Fitzgerald is finished.

Joel Fitzgerald is finished as a suitable candidate to be Baltimore’s next police commissioner. The last thing that a police department desperately in need of reform needs is a person with a reputation as a liar. The department needs someone who is a role model for honesty and integrity.

I will start with the following observation: Lying was an essential ingredient in the formula that produced the corruption and unconstitutional policing that destroyed the Baltimore Police Department as an effective law enforcement agency. Lying by commanders and supervisors about the actions of their subordinates. Lying by rank-and-file officers to supervisors and internal affairs investigators about the actions of their peers. Lying about overtime.

Then of course there was the lying on arrest warrants and search warrants. Lying on police reports and lying in court. Lying, lying and more lying. It seems to be a police department full of liars. How do you change a culture of lying by putting an alleged liar in charge?

The long road back to respectability and public confidence for the BPD requires a police commissioner whose reputation for truthfulness is beyond reproach. The citizens must be able to trust that, whatever happens in the department, they are getting the unvarnished truth from the commissioner. I don’t know how a commissioner who apparently shaded the truth to get the job could possibly fulfill that requirement.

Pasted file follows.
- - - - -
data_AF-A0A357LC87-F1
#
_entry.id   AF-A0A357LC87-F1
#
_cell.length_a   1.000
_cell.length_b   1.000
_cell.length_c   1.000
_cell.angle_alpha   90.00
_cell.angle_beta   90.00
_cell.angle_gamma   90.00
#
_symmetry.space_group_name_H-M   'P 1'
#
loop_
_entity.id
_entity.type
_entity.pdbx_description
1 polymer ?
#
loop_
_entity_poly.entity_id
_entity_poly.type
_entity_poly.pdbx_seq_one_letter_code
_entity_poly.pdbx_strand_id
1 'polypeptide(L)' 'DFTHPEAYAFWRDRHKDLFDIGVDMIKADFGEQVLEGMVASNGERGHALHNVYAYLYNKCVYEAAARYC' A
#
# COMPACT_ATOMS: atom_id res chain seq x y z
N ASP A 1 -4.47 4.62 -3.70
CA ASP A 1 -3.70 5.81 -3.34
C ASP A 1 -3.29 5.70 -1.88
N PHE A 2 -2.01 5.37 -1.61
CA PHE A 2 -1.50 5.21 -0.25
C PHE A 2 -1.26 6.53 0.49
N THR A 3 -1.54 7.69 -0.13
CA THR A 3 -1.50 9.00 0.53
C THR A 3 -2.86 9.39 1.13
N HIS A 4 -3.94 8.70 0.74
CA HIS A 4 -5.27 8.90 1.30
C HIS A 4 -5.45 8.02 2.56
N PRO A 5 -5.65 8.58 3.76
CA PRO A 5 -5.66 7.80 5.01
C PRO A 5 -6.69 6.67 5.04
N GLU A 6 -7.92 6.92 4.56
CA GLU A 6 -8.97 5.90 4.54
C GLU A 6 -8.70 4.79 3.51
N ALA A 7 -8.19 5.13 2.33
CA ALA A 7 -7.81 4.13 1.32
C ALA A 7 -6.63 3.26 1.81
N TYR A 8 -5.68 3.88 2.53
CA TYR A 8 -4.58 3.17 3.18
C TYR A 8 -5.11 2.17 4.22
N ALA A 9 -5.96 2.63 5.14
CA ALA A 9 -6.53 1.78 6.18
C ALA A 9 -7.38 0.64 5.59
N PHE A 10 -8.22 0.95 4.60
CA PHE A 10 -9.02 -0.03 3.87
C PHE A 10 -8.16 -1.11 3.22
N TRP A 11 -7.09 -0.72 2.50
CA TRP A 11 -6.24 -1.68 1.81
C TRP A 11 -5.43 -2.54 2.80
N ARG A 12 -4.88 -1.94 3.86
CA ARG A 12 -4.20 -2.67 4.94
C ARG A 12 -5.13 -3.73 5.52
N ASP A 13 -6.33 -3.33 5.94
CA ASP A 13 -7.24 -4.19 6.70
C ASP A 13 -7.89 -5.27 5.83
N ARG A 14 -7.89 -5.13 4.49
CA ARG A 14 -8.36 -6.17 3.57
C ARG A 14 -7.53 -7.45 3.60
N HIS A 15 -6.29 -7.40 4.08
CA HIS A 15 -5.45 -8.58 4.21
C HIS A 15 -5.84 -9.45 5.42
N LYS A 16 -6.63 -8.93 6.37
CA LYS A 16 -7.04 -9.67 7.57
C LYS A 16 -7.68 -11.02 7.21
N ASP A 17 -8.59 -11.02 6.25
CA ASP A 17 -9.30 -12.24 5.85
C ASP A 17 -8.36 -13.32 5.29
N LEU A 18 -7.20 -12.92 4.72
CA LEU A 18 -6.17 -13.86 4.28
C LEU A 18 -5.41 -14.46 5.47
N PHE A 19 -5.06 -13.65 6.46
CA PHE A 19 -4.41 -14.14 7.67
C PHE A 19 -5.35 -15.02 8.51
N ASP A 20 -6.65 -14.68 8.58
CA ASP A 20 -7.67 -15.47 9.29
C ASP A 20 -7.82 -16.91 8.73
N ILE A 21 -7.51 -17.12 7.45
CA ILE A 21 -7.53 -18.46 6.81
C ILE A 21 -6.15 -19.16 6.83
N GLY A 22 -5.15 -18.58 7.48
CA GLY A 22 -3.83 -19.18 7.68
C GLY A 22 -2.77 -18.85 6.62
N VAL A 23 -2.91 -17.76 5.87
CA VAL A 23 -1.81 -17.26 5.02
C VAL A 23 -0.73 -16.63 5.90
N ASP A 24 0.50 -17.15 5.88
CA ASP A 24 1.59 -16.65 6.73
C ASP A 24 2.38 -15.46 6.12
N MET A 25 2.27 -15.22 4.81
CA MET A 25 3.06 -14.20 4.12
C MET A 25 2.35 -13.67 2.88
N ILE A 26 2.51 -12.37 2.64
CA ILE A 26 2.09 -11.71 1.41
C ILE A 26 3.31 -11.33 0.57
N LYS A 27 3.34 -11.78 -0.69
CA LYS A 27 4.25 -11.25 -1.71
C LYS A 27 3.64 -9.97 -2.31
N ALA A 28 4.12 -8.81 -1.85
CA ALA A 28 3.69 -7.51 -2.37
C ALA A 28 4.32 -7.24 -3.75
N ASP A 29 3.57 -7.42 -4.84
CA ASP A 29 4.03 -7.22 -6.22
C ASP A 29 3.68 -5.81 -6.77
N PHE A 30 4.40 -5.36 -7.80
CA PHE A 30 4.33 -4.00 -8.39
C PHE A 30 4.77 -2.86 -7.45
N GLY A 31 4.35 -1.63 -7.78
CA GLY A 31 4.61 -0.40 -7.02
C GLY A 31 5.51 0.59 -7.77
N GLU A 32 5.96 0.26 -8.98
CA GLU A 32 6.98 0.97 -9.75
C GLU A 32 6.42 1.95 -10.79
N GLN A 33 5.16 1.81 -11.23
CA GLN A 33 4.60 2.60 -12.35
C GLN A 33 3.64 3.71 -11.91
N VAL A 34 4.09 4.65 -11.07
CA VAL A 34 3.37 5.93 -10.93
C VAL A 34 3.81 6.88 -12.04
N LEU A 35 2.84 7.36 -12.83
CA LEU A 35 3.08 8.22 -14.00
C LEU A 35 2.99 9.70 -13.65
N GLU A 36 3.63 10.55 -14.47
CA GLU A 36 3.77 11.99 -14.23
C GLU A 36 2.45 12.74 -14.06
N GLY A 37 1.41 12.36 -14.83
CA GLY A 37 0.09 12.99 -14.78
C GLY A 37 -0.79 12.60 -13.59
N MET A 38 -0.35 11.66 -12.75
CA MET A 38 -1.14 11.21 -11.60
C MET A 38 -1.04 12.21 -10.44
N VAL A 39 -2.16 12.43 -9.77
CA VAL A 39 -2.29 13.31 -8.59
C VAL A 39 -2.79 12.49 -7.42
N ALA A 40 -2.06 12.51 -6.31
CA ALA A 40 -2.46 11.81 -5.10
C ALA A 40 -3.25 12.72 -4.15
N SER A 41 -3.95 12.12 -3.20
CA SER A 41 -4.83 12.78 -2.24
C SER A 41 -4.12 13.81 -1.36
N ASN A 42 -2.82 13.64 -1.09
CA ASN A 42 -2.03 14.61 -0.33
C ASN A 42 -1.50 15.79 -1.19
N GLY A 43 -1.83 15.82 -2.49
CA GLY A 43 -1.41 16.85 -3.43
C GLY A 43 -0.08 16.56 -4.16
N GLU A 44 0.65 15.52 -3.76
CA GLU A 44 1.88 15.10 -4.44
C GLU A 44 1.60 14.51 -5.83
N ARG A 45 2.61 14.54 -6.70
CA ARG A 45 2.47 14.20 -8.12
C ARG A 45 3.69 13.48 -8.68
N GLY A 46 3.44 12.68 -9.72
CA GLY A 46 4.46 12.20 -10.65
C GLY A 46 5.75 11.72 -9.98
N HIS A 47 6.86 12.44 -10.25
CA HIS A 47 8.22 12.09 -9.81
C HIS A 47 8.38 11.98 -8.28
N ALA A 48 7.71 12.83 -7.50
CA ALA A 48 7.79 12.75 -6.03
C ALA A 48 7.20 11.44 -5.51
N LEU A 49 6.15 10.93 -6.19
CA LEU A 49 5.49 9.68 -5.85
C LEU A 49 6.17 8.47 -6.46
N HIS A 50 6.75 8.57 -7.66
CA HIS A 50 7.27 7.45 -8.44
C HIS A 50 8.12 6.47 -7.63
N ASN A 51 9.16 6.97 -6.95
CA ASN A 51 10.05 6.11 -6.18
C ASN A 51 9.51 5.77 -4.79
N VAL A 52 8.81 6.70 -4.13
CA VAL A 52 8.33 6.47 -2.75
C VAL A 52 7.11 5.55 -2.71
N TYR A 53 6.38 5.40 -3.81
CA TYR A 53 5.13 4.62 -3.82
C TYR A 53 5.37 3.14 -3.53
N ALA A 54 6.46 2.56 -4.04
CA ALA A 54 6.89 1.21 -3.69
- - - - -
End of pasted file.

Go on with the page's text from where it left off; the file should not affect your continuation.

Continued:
If reports in the media are correct, the Fort Worth, Texas police chief was guilty of grossly inflating his resume. According to those reports, at least two of the claims were outright misrepresentations of the facts: Mr. Fitzgerald’s claim that he initiated “the largest active Body Worn Camera program in Texas” while chief of the Fort Worth police department and “the first active Body Camera program in Pennsylvania” while chief of the Allentown police department.

It doesn’t matter whether these putative achievements were relevant to Fitzgerald’s selection. It matters whether he told the truth about them.

To make matters worse, Mr. Fitzgerald initially resisted public disclosure of his resume. In retrospect, one could conclude that he was concerned about what scrutiny of that resume would reveal. Is the city really going to hire a commissioner who apparently tried to pull the wool over the eyes of the mayor and city council about his achievements?

If Diogenes held a lantern to the face of Mr. Fitzgerald, what would he see? For one thing, I doubt that he would see the face of the next Baltimore police commissioner. I expect Mr. Fitzgerald’s name to be withdrawn from consideration by the close of business on Monday. What a sad, sad chain of events for the City of Baltimore.